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Political campaigns frequently emphasize the material stakes at play in election outcomes to motivate participation. However, field-experimental academic work has given greater attention to other aspects of voters' decisions to participate despite theoretical models of turnout and substantial observational work signaling that a contest's perceived importance affects the propensity to vote. We identify two classes of treatments that may increase the material incentive to participate and test these messages in a large-scale placebo-controlled field experiment in which approximately 24,500 treatment letters were delivered during Connecticut's 2013 municipal elections. We find some evidence that these messages are effective in increasing participation, as well as that some of them may be more effective than typical nonpartisan get-out-the-vote appeals. While these results remain somewhat preliminary, our findings have important implications for our understanding of how voters decide whether to participate and how best to mobilize citizens who would otherwise sit out elections.
Relationships among states and substate actors are now interactive and adaptive, but discussions of these relationships often fail to grasp that changed reality. Instead, the language of treaties and international organizations continues to shape most thinking about international law. States and other formal institutions play the primary roles in creating, enacting and giving force to these texts, so they obviously carry some form of authority or decisional weight. As a result, these formal “products” are the natural focus of attention, and they are used as reference points by all involved with the issues they treat.
Distorted images of American regulatory ideas and practices frame foreign responses to these practices as well as foreign views of the economic policies of the United States. U.S. power both embeds and contributes to these distorted images. This article highlights the evolution of these distortions and the ways in which business history has intertwined with legal and political history throughout the evolution. It focuses on a specific area of regulation—antitrust or competition law—in order to ground the more general discussion. The article provides insights into the relationship between cognitive distance and power and into its pernicious effects on transnational discussions and decisions involving competition law.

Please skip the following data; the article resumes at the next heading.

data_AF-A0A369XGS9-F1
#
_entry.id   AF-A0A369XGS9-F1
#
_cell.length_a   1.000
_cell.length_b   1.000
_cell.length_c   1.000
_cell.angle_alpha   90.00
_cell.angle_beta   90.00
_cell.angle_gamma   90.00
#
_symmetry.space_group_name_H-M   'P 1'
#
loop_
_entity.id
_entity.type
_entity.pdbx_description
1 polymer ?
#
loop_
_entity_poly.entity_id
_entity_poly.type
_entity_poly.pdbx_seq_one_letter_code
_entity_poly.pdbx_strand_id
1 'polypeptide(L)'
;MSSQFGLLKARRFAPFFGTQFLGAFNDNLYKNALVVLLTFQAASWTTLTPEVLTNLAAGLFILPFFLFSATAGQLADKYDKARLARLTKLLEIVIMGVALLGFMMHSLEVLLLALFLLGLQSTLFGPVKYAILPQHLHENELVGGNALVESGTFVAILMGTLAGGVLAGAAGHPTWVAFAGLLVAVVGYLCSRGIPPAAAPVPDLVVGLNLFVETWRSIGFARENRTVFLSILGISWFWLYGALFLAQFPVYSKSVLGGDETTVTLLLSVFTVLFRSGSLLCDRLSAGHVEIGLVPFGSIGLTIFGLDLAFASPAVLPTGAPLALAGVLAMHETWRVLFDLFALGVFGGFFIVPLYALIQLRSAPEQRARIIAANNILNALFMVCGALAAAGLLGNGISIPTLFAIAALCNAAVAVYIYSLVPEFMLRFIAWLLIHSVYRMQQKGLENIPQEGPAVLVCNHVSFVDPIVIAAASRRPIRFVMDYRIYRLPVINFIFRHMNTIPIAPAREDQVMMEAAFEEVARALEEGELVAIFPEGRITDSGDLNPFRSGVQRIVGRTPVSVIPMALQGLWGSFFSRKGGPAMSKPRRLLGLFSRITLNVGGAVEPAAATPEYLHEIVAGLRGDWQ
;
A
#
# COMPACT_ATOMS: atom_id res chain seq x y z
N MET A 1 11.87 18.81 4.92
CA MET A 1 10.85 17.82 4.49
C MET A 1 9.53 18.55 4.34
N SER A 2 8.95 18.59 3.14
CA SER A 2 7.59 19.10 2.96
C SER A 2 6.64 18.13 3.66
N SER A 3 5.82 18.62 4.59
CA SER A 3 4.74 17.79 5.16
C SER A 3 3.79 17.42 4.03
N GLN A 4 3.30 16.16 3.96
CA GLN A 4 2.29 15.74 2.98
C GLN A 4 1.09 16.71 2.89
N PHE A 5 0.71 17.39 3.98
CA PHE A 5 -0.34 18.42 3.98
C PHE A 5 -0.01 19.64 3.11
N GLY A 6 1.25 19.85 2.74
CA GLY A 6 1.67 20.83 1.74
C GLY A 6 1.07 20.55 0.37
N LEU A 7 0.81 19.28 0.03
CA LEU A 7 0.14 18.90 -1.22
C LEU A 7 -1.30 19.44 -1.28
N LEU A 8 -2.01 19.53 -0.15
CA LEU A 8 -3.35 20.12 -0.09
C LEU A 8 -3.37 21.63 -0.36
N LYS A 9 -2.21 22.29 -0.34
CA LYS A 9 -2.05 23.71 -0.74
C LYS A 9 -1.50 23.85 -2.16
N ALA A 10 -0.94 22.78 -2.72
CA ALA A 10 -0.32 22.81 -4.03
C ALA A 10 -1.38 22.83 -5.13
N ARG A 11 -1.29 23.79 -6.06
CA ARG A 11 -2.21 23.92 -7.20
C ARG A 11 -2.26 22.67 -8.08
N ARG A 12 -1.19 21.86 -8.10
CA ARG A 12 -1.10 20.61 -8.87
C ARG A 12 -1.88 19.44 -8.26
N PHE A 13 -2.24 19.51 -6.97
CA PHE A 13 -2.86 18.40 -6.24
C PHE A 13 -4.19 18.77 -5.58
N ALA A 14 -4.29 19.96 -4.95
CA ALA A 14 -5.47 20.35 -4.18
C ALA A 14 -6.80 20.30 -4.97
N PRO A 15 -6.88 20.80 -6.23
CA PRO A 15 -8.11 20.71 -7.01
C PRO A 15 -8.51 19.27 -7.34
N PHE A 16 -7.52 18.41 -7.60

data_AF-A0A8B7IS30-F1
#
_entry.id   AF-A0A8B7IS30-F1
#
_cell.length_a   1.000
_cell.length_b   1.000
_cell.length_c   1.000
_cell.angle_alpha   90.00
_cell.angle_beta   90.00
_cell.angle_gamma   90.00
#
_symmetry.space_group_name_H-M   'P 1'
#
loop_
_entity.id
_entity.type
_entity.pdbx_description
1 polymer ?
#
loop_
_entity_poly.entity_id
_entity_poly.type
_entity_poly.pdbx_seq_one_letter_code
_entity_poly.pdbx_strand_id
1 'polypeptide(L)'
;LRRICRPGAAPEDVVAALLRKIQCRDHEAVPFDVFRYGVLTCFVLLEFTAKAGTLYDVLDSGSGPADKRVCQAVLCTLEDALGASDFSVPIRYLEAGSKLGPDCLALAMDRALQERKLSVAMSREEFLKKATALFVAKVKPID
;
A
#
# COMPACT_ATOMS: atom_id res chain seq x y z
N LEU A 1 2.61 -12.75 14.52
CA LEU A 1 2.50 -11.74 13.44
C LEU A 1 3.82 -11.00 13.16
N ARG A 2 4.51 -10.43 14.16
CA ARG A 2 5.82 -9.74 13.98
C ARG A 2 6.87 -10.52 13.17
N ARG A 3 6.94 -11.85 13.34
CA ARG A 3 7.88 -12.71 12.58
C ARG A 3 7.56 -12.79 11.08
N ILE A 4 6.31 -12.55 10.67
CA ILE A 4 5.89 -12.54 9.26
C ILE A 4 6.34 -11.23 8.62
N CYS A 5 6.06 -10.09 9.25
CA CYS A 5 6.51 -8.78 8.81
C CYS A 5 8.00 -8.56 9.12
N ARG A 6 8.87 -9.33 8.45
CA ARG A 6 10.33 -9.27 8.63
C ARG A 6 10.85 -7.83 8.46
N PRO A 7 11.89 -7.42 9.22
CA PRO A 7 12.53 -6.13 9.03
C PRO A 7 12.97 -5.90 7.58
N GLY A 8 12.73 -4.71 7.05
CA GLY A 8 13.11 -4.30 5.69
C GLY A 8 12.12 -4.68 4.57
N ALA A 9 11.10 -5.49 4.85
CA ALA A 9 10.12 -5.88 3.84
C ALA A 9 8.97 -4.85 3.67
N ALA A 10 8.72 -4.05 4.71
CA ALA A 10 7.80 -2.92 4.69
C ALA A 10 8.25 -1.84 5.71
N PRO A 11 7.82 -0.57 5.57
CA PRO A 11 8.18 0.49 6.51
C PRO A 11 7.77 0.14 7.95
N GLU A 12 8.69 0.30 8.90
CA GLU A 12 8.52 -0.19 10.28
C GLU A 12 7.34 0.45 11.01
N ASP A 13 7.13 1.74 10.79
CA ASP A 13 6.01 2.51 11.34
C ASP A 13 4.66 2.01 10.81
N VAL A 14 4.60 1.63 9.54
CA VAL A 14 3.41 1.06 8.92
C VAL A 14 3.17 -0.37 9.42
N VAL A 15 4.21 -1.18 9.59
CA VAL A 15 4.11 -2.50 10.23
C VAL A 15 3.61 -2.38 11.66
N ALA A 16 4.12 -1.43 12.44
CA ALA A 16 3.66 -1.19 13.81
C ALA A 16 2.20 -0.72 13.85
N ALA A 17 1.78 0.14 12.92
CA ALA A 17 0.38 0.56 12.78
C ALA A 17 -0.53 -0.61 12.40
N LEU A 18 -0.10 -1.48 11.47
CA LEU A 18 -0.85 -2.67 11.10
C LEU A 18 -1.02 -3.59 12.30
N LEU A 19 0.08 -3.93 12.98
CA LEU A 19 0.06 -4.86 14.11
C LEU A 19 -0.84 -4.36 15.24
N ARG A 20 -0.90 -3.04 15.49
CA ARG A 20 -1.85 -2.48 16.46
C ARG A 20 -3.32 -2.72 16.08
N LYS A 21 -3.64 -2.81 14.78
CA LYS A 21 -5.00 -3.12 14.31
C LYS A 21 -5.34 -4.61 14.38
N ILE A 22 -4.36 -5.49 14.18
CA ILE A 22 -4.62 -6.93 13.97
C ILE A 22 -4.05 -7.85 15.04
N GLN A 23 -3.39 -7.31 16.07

To determine the impact of total household decolonization with intranasal mupirocin and chlorhexidine gluconate body wash on recurrent methicillin-resistant Staphylococcus aureus (MRSA) infection among subjects with MRSA skin and soft-tissue infection.
Three-arm nonmasked randomized controlled trial.
Five academic medical centers in Southeastern Pennsylvania.
Adults and children presenting to ambulatory care settings with community-onset MRSA skin and soft-tissue infection (ie, index cases) and their household members.
Enrolled households were randomized to 1 of 3 intervention groups: (1) education on routine hygiene measures, (2) education plus decolonization without reminders (intranasal mupirocin ointment twice daily for 7 days and chlorhexidine gluconate on the first and last day), or (3) education plus decolonization with reminders, where subjects received daily telephone call or text message reminders.
MAIN OUTCOME MEASURES
Owing to small numbers of recurrent infections, this analysis focused on time to clearance of colonization in the index case.
Of 223 households, 73 were randomized to education-only, 76 to decolonization without reminders, 74 to decolonization with reminders. There was no significant difference in time to clearance of colonization between the education-only and decolonization groups (log-rank P=.768). In secondary analyses, compliance with decolonization was associated with decreased time to clearance (P=.018).
Total household decolonization did not result in decreased time to clearance of MRSA colonization among adults and children with MRSA skin and soft-tissue infection. However, subjects who were compliant with the protocol had more rapid clearance
To identify risk factors for recurrent methicillin-resistant Staphylococcus aureus (MRSA) colonization.
Prospective cohort study conducted from January 1, 2010, through December 31, 2012.
Five adult and pediatric academic medical centers.
Subjects (ie, index cases) who presented with acute community-onset MRSA skin and soft-tissue infection.